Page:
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Guides to Promote Federal Hiring of Workers with Disabilities

December 15, 2009

In a previous blog from October, our California Labor and Employment Lawyers discussed the Obama administration's initiative to create equal employment federal job opportunities for individuals with disabilities --opportunities that welcome the special abilities of all qualified employees and help them to grow to their fullest employment potential.

Obama proclaimed October, National Disability Employment Awareness Month, and called upon the Federal Government, the nation's largest employer, to set a positive example and implement new employment practices and policies to increase opportunities for disabled workers.

In advancing Obama's campaign to increase the federal hiring of disabled employees, The U.S. Equal Employment Opportunity Commission, (EEOC) has released a new set of guidelines to promote individuals with disabilities--made specifically for each participant in the federal hiring process in a clear, simple and straightforward way.

The EEOC-issued guides are called the five "ABCs of Schedule A" guides, and are made for applicants with disabilities, hiring managers, human resources professionals, service providers, disability program managers and selective placement coordinators. According to Christine M. Griffin, Acting Vice Chair for EEOC, agencies have to work harder to encourage the participation of individuals with severe disabilities in the federal workplace, as the participation rates are rapidly declining.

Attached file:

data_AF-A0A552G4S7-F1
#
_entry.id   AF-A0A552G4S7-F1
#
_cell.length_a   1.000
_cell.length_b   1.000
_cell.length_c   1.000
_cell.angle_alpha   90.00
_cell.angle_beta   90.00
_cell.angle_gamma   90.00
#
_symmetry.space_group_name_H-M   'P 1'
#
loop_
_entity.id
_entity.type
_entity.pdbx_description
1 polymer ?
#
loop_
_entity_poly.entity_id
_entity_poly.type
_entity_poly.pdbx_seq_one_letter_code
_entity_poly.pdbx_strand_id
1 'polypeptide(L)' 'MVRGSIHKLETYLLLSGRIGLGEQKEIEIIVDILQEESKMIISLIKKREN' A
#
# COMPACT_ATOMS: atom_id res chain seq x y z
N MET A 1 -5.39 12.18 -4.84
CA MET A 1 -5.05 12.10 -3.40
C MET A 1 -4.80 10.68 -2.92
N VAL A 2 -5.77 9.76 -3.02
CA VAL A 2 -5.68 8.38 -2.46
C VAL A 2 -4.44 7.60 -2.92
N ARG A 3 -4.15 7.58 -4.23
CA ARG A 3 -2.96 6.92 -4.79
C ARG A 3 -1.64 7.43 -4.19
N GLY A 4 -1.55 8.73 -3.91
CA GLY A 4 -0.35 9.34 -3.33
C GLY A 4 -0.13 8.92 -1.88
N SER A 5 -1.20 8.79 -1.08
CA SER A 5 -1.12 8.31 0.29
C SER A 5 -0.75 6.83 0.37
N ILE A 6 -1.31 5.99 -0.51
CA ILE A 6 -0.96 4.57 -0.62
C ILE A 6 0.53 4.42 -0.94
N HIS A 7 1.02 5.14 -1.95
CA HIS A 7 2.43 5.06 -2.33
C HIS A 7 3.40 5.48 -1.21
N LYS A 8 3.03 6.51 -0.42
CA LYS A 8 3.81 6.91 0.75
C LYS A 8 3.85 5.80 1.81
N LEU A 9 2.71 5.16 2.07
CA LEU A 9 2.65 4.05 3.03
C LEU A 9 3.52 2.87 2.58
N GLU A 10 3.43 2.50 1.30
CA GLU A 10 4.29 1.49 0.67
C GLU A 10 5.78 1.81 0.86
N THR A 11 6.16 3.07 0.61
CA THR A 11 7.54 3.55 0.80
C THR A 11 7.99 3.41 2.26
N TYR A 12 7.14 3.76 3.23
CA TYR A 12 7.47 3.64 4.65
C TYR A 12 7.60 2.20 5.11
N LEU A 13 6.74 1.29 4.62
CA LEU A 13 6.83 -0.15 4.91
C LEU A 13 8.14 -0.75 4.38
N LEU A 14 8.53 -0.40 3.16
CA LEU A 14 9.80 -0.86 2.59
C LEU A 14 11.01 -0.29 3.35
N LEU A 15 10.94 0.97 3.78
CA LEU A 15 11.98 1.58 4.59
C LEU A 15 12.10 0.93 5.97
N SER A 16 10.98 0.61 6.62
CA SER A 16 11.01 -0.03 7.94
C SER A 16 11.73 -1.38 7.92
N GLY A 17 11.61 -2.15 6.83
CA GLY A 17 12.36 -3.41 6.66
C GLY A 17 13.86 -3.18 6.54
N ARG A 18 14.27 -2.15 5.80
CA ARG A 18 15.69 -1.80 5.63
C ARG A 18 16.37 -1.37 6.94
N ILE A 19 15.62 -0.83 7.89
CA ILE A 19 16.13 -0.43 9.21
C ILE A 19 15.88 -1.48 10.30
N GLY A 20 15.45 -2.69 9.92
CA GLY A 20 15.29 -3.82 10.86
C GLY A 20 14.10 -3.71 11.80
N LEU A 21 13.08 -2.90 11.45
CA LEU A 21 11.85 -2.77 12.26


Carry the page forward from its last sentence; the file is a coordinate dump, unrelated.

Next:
The EEOC's LEAD (Leadership for the Employment of Americans with Disabilities) Initiative is trying to increase the amount of disabled individuals employed by the federal government, and the ABC guides aim to help recruit and hire disabled employees. Under the ABC guides, candidates who are qualified and who meet the Office of Personnel Management's (OPM) guidelines can be non-competitively hired. The EEOC's partnership with the Department of Labor's Office of the Disability Employment Policy (ODEP) also made these guides possible.

The EEOC enforces the federal laws that prohibit workplace discrimination and upholds Title I of the Americans with Disabilities Act (ADA), which specifically prohibits disability discrimination in the workplace. The ADA requires that employers make reasonable accommodations for disabled workers and job applicants. The Obama Administration's campaign is trying to expand opportunities to workers with disabilities by upholding the ADA to the full civil rights statute that was originally intended by Congress.

Our labor and employment lawyers at Howard Law, PC, are knowledgeable about workplace disability discrimination in Orange County and throughout Southern California. If you or someone you know has been discriminated against because of a disability, contact us today.

EEOC Launches Guides to Spur Federal Hiring of Individuals with Disabilities: EEOC Press Release, December 14, 2009

National Disability Employment Awareness Month 2009, President of the United States of America: A Proclamation, September 30, 2009

Related Web Resources:

Facts About the Americans with Disabilities Act, (EEOC)

Equal Employment Opportunity Commission, (EEOC)

United States Department of Labor: Office of Disability Employment Policy, (ODEP)